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vSAN Virtual Volumes (vVols) vSphere Storage

How is SPBM different to Tag-Based Placement?

I received a question recently that revolved around the distinction between the different types of VM Storage Policies available, namely Storage Policy Based Management (SPBM) for vSAN and vVols, and tag-based placement (for all datastores).



SPBM is the storage management framework inherent within vSAN and vVols that allows for granular control over your VM and container storage. Each VM disk or container volume could conceivably have a different policy applied to it that defines its availability and performance requirements/limits of that disk or container volume.

Normally, this would be achieved through the use of different LUNs and datastores within vSphere, each with rigid attributes that cannot be changed (for example, RAID5, replication, number of disks backing the LUN, etc). This is the case with tag-based placement, tag-based placement allows administrators to group datastores into logical divisions based on an arbitrary tag assigned to them – for example, an admin may choose to label a few datastores “High Performance” if they have some flash caching or “High Redundancy” if it is used for site-replication. Tag-based placement can be any mixture of VMFS, NFS, vVols or vSAN datastores.

With tag-based placement there is a limit to the composability, however – for example, if I want “High Performance” and “High Redundancy” then I cannot choose both and get the benefits from them as they would encompass different physical datastores. vSAN and vVols work differently – with traditional LUN-based storage datastores are created per LUN presented from the array (or group of LUNs if using Datastore Clusters) each LUN has its own specific performance and redundancy profile (say one LUN is 10 disks of SAS, RAID5 and another is 20 disks of SAS, FAST cache, and RAID6) and has a finite capacity based on the backing disks that are not easily changed without mass storage migrations.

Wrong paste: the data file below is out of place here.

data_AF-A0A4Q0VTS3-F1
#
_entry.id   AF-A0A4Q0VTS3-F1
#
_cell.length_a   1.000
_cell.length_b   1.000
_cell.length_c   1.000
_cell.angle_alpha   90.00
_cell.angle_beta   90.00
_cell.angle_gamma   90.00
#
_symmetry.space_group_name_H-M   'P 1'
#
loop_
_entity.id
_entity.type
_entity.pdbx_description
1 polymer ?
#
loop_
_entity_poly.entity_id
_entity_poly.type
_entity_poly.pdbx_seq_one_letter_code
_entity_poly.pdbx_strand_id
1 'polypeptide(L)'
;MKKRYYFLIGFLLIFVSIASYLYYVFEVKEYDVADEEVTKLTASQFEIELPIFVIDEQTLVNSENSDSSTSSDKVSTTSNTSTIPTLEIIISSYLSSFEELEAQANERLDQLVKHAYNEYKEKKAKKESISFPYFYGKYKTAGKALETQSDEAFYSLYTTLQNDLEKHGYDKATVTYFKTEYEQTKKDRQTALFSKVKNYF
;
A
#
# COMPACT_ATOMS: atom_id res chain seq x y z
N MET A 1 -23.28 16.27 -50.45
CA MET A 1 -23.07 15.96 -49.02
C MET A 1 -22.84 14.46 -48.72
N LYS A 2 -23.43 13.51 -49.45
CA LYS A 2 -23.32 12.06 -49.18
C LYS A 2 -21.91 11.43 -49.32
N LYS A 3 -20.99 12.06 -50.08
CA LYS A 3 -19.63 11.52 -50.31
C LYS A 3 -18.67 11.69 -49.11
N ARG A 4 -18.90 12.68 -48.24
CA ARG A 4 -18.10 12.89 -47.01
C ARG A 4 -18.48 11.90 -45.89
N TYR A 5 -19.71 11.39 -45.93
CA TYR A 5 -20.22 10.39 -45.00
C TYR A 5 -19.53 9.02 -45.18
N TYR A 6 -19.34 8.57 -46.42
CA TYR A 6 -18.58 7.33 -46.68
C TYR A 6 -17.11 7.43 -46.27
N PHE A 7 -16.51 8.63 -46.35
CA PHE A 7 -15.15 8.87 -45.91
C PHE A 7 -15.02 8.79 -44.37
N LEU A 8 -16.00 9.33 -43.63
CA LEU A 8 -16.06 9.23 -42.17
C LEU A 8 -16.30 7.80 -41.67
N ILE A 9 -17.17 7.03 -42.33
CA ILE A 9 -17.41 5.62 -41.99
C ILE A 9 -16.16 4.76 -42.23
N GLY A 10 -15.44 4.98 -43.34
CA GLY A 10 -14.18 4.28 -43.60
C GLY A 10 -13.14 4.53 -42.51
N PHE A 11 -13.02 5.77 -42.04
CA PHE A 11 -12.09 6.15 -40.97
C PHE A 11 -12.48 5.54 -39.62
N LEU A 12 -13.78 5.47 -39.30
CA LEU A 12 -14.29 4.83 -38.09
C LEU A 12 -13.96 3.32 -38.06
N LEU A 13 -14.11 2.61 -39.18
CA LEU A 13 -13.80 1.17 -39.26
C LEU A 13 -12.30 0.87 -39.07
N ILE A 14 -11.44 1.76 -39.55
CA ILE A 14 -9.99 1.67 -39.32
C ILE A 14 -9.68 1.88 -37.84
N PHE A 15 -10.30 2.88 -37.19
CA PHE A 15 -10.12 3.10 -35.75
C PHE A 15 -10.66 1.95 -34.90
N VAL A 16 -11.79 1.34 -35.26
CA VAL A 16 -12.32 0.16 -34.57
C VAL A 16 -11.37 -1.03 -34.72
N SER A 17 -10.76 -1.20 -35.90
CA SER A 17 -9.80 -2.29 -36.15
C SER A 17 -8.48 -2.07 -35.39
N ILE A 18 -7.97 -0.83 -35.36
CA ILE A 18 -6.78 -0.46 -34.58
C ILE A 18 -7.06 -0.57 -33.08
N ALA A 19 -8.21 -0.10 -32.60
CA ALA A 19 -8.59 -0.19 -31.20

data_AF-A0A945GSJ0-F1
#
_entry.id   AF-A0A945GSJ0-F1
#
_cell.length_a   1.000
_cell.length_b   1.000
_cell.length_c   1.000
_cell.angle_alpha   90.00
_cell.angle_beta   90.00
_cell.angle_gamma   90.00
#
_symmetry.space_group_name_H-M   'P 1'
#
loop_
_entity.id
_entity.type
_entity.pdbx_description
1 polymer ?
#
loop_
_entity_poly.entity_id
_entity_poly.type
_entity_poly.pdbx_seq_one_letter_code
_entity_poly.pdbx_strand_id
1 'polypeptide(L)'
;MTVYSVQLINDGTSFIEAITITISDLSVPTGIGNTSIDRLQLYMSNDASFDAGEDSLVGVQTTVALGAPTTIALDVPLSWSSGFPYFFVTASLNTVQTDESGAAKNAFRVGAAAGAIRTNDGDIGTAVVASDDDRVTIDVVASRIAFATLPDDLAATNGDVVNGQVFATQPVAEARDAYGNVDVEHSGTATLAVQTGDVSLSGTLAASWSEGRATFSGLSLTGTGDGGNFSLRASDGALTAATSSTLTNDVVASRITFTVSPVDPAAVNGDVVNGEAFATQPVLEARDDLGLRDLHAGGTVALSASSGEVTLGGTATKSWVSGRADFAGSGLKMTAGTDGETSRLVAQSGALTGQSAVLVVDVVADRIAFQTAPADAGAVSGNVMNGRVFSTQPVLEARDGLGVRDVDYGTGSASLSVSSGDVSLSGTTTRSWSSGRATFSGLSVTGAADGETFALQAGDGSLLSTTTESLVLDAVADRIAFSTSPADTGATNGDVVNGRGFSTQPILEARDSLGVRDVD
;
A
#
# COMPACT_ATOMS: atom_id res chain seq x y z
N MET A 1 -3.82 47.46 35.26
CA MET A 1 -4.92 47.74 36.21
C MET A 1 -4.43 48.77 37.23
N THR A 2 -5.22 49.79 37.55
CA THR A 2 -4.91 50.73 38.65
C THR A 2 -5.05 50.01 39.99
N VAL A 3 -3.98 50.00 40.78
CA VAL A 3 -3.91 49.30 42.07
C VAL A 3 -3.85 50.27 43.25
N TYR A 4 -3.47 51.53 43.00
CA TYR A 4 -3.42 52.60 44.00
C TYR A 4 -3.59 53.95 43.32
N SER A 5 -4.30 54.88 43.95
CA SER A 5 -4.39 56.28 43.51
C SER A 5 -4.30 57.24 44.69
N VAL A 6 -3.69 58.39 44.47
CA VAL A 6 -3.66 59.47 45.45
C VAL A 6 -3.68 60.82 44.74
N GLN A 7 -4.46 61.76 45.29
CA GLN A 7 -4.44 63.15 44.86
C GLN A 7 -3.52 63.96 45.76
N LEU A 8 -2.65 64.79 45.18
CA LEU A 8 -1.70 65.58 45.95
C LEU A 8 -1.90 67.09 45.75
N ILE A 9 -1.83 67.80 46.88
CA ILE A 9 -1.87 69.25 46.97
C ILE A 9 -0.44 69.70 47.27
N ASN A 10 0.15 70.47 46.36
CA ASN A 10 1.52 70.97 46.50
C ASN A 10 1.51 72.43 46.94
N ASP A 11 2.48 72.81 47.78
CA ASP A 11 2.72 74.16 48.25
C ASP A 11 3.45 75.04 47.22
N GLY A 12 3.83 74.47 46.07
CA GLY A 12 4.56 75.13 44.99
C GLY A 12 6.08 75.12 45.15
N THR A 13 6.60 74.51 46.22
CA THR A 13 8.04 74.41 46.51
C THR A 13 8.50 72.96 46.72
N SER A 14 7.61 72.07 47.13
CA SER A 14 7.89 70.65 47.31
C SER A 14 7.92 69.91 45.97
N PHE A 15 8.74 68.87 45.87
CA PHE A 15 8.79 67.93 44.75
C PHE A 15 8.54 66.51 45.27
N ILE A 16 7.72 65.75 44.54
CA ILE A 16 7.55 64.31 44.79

Taking vSAN as an example, given the storage across all the hosts is aggregated into a single logical datastore and the performance and availability profile of a VM is not dictated by the datastore placement, but rather by the policy applied to the VM.

To explain how SPBM is different – let’s take a look at the lifecycle of an app in development.

  • The app starts out in dev – low redundancy, low performance – it’s not business or mission-critical, we can apply the “Development” SPBM policy to that VM, it will use minimal storage but will have enough performance for the developer to do their job.
  • The VM moves into the testing phase next usually this would mean Storage vMotioning the VM from its original datastore to another one with different backing disks and different characteristics to deal with the increased load and demand. With SPBM and vSAN the administrator simply changes the VM’s policy to “Testing” and vSAN will move the backing components around on the disks within the cluster transparently to achieve the new policy’s requirements.
  • Finally, the app has gone through its proof of concept and is ready to be deployed into the business at large and has now become critical to daily operations – as such, it needs to be replicated across sites, have high performance and high levels of redundancy. Again, when using SPBM and vSAN all the administrator needs to do is change the policy to “Production” and the VM’s backing components will be moved around within the vSAN cluster, replicated across sites and striped across more backing disks as the policy has defined – completely transparent to the VM and anyone operating or managing the cluster.

As you can see, while the different types of VM policies allow for automated placement, tag-based has some limitations that SPBM, vSAN, and vVols overcome that is simply not possible with traditional LUN-based datastores.

For more information on SPBM, check out StorageHub or how vSAN and SPBM enable persistent storage for next-generation applications.



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